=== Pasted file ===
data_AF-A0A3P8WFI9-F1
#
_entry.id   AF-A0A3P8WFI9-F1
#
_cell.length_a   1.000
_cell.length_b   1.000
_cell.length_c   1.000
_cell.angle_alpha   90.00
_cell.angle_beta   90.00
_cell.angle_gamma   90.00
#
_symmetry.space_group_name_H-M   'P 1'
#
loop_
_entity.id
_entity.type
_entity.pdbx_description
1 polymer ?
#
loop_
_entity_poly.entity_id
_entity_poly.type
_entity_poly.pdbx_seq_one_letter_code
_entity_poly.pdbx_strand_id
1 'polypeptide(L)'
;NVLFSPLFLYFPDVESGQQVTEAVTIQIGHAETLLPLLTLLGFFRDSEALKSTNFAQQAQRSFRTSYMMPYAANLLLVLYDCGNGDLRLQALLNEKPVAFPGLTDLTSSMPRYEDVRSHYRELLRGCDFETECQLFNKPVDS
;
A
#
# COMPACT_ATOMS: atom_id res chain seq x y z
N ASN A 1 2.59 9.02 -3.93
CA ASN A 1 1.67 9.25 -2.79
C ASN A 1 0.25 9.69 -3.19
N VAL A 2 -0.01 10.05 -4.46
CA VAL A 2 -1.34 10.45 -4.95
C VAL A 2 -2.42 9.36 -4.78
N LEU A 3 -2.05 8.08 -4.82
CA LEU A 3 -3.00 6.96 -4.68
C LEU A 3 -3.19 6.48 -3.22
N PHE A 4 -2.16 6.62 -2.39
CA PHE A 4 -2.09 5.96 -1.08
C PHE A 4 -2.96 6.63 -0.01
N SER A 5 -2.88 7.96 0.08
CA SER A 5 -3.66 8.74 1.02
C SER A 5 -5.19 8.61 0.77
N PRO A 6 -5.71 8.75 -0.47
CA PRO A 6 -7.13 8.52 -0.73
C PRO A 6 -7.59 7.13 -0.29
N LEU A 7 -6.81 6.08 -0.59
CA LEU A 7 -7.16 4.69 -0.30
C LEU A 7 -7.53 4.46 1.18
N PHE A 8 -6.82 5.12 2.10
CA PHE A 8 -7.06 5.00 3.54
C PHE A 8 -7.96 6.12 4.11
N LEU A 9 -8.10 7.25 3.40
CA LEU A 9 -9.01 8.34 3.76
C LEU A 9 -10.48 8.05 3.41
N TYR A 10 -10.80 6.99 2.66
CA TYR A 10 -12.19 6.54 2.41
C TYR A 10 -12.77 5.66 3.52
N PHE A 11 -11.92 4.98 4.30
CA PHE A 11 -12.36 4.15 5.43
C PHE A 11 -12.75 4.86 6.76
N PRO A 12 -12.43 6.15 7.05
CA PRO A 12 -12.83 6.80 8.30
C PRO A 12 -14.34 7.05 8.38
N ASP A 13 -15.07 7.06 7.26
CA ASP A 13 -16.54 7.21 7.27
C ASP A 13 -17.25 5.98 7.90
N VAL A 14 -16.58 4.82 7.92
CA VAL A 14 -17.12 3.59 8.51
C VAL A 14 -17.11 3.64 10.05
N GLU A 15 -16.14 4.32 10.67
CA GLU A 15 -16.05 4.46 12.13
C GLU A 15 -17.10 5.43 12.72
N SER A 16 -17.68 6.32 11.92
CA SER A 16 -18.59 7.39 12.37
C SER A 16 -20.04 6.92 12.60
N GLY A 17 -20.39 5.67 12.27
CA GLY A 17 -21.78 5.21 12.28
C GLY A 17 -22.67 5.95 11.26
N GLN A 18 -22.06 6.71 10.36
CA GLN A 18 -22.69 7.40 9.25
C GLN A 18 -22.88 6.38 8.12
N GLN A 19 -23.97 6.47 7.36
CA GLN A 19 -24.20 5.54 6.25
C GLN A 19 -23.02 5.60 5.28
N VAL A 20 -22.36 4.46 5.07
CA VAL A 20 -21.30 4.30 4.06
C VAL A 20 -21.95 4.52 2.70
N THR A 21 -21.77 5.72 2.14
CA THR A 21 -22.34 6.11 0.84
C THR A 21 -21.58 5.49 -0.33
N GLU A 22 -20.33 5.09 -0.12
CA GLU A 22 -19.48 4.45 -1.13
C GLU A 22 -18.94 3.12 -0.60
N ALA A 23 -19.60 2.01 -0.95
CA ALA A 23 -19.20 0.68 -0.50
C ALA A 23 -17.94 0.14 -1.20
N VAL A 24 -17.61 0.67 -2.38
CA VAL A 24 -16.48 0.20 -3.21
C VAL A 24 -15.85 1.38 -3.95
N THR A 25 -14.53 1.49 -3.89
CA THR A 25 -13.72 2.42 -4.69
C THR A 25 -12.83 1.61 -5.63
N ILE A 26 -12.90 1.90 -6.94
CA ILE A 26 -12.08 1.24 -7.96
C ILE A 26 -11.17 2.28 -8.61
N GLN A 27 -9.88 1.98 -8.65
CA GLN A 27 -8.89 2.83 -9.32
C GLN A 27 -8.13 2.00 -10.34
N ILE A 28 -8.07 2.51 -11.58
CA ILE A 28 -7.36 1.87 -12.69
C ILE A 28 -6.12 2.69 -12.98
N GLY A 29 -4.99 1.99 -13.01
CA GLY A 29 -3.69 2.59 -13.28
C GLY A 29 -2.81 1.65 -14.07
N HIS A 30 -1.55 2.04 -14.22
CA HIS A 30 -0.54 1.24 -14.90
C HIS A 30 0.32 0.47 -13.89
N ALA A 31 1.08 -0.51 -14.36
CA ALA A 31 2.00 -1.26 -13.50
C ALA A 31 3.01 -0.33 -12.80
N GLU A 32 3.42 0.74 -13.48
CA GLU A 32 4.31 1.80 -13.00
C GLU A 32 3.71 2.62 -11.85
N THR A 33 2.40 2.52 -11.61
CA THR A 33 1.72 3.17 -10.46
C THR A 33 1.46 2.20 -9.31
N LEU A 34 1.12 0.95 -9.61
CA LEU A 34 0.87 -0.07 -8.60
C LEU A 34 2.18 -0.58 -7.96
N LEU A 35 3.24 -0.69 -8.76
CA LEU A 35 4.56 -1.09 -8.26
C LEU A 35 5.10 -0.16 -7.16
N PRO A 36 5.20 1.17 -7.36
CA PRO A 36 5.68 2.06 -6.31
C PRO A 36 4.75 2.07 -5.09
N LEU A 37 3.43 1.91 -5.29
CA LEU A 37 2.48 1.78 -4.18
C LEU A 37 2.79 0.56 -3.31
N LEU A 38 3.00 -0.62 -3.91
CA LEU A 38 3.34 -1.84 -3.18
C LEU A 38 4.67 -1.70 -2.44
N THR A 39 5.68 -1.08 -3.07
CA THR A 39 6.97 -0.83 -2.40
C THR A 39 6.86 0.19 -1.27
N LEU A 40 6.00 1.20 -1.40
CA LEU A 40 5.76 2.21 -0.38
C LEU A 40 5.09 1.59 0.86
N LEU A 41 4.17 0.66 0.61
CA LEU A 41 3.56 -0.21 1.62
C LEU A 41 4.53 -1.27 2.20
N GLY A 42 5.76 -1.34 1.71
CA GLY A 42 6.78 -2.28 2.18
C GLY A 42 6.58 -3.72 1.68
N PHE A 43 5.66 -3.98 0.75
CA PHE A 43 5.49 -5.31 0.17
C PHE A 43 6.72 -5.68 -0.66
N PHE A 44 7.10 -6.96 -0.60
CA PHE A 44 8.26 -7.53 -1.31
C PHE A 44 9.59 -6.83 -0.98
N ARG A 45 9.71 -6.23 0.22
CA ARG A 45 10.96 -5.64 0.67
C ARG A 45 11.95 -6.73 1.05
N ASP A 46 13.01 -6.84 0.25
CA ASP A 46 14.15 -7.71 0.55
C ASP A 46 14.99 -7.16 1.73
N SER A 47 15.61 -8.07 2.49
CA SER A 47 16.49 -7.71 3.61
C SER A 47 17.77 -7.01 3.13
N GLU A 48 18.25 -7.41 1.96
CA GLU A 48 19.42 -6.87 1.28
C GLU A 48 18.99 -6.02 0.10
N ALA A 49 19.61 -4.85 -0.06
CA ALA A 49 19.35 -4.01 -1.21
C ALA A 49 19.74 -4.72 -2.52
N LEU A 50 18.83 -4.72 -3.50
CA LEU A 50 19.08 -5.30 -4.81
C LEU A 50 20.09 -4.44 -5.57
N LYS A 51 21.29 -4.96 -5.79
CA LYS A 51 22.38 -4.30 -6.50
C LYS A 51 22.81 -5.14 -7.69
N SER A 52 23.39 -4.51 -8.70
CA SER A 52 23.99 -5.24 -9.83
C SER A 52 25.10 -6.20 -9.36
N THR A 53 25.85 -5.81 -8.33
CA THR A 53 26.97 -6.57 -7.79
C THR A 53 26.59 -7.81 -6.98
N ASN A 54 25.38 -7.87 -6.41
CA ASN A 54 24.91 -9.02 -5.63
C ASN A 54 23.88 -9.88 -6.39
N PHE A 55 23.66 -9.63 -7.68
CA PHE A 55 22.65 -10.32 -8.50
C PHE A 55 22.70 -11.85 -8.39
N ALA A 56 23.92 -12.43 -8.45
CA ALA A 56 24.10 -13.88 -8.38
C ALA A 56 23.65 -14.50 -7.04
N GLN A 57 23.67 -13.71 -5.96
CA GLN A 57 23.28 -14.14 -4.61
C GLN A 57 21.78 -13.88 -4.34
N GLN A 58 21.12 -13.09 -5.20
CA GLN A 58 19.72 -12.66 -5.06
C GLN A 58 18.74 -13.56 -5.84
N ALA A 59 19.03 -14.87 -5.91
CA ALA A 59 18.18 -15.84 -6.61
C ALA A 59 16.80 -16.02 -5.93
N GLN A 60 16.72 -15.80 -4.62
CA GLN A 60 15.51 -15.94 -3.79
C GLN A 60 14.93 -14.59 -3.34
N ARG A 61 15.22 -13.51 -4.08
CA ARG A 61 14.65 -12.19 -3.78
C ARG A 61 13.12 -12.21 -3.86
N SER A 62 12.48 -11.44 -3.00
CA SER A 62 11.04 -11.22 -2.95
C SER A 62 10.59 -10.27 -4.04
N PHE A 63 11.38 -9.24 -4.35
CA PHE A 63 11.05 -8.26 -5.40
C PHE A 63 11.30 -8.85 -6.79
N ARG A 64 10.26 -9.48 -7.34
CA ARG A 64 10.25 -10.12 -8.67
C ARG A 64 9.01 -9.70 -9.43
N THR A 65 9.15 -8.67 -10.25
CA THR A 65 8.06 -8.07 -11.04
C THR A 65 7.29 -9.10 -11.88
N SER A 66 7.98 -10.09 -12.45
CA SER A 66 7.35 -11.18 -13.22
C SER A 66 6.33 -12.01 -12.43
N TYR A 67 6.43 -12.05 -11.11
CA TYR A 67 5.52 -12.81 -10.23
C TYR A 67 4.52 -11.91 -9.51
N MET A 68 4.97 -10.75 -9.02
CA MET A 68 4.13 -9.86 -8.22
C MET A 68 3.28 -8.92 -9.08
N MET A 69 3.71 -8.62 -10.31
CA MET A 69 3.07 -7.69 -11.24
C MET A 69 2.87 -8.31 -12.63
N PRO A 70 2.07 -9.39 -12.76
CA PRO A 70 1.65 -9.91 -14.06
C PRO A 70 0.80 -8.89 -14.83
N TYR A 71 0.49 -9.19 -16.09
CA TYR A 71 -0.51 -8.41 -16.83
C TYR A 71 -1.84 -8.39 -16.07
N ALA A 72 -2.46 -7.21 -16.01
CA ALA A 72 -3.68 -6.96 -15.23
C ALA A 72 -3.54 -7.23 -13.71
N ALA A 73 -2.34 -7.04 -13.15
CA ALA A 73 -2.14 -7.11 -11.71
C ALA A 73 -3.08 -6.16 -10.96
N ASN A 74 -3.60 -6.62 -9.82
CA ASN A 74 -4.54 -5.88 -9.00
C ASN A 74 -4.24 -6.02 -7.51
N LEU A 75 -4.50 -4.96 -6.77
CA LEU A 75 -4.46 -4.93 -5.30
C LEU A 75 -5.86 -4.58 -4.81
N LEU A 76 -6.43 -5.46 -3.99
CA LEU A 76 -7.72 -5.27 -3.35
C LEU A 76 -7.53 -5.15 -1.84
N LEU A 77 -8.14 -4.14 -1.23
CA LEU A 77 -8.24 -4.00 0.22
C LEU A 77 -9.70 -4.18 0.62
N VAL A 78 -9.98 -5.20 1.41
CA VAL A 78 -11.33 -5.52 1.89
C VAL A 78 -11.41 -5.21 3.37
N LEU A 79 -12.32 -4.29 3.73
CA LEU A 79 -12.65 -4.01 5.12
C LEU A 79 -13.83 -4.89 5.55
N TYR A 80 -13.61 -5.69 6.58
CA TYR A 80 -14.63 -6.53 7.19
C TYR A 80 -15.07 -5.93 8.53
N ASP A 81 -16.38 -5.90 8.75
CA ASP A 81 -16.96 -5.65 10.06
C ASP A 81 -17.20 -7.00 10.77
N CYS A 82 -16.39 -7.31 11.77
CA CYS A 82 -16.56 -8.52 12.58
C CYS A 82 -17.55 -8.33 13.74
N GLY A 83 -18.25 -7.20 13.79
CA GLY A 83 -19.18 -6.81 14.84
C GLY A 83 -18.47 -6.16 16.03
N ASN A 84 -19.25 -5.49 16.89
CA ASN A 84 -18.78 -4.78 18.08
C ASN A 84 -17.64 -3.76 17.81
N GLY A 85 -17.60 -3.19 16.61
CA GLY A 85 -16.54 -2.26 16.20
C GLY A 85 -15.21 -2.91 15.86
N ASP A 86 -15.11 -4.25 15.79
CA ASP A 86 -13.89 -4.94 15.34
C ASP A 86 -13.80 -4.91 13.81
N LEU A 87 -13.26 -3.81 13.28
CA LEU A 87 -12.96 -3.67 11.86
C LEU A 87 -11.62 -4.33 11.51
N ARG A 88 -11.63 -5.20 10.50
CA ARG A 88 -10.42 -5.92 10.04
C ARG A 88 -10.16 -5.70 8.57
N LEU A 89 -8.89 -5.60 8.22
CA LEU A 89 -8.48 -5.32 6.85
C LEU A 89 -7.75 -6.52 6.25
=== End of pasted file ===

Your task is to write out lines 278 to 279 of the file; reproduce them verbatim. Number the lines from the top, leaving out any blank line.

CA GLY A 83 -19.18 -6.81 14.84
C GLY A 83 -18.47 -6.16 16.03